Babich Goes Hollywood

You can bemoan the state of the publishing industry all you want; you can lament the recent news that Rupert Murdoch, who already owns HarperCollins, wants to buy up William Morrow and Avon now that the Hearst Corporation has decided to divest itself of those two imprints. Yes, it's a tough world for authors of literary fiction, but you and your unease are on your own as far as I'm concerned. Amy Babich, who regularly writes us letters to the editor advocating the use of bicycles -- one of our few letter writers who inspires admiration and disbelief with equal avidity -- is also Miriam Webster, author of After Math and, more recently, The Age of the Bicycle; she has a movie producer interested in optioning The Age of the Bicycle, and that news has more than made my day. That the product of what is obviously a very particular and rabid imagination should find sympathy from anyone associated with Hollywood (in this case Robert Rosen [Gilligan's Island, A Man Called Horse], himself a recumbent bicyclist who first discovered The Age of the Bicycle in a review of the book in Recumbent Cyclist News), well ... I can only hope it's a match made in heaven. If it's not a match made in heaven, the fantastical nature of the novel, which is "an account of the curious events that took place in and around the Gladiola River and Tinny Waters, Texas at the dawn of the Age of the Bicycle," is bound to end up in the wrong hands.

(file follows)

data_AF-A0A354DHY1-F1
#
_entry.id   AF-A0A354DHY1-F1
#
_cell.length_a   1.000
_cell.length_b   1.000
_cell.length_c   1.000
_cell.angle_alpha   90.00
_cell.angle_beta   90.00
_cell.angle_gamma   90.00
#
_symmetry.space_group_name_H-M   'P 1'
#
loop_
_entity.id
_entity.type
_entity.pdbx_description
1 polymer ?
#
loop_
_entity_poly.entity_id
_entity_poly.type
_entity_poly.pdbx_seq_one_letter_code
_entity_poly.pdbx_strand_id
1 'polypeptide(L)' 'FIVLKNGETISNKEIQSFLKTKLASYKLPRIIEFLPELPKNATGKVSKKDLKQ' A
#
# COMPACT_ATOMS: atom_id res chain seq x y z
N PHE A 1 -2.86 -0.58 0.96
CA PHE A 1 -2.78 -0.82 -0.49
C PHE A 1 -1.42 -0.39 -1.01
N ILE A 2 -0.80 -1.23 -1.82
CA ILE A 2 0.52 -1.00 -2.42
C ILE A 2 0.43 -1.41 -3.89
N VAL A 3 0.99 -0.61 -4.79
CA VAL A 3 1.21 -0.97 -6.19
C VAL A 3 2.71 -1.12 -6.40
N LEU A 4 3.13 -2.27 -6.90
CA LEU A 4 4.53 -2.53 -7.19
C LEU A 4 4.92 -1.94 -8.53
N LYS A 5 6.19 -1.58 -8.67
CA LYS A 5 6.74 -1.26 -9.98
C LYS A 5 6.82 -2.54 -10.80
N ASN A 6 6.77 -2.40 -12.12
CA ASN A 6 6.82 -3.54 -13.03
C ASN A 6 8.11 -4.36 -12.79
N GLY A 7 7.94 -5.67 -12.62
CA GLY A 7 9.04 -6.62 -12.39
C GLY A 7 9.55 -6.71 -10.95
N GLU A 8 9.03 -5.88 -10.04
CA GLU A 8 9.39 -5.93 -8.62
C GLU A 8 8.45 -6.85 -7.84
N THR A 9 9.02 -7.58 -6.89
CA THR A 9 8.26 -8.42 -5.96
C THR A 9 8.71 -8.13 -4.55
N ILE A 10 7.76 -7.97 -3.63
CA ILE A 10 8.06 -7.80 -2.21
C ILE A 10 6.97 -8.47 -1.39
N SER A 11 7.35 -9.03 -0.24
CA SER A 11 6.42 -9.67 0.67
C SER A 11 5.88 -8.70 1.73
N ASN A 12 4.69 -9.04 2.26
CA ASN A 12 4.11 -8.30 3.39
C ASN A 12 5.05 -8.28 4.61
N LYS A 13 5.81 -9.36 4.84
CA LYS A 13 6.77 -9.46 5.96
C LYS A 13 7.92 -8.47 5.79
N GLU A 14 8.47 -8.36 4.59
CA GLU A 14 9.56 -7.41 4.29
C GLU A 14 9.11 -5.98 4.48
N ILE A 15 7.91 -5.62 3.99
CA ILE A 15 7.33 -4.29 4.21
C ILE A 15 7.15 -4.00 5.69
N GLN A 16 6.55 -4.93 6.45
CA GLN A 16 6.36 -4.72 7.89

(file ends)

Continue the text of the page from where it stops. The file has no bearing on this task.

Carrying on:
"He has made the magic too strong," said Maurice.

"And what can we do about it?" asked Rodolfo.

"We must find Fortescue Lymph," said Maurice. "And I must find him anyway. My son Hyacinth, for whose sake I have under taken this acting job, has run away with a wicked river woman. I fear he will ruin his life."

In The Age of the Bicycle, scenes that lay out such considerable depth of intrigue and portent occur at about the rate of one per page, so any film version of the novel is bound to make the head spin around and around and around. But don't think of the novel as a movie until you actually sit down for the opening sequence; producers express interest in optioning titles more often than we get letters from Babich, which is often. And Rosen's call to Babich expressing interest in optioning The Age of the Bicycle is not the same as a call offering an actual dollar amount to option the novel. (Rosen was unavailable to comment on his interest in the novel because he's in Germany making a movie.) "[Rosen] said that he ordered the book just because it was about bicycles but then when he read it he thought it was really, really original, and that's what they were looking for," Babich says. "So I don't really know whether anything is going on with that or not but I sure hope it does!"

Mixed Notes

Literacy Austin expected to raise $40,000 at their annual BookFest last weekend but amassed a record $62,000... A belated congratulations to the six writers awarded Fellowships in Literature from the Austin Writers' League: Fiction winners include Miles Wilson of San Marcos and Karen Stolz of Austin; poetry winners are William Wenthe of Lubbock and Michael Blumenthal of Austin; and creative nonfiction winners are Gwendolyn Wooten Scott of Missouri City and Lee Martin of Denton. The deadline for the 2000 Fellowships in Literature is December 15, 1999.

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More Postscripts
The last time we heard about Karla Faye Tucker, she was being executed; now, almost four years later, there's a new novel about her. Or about someone very like her. And Beverly Lowry's classic Crossed Over, a memoir about getting to know Karla Faye Tucker, gets a reissue.

Clay Smith, Jan. 18, 2002

Not one day back from vacation and the growing list of noble souls who need to be congratulated is making Books Editor Clay Smith uneasy.

Clay Smith, Jan. 11, 2002


Readings, Signings, Claiborne Smith, Amy Babich, Miriam Webster, Literacy Austin, The Age Of The Bicycle

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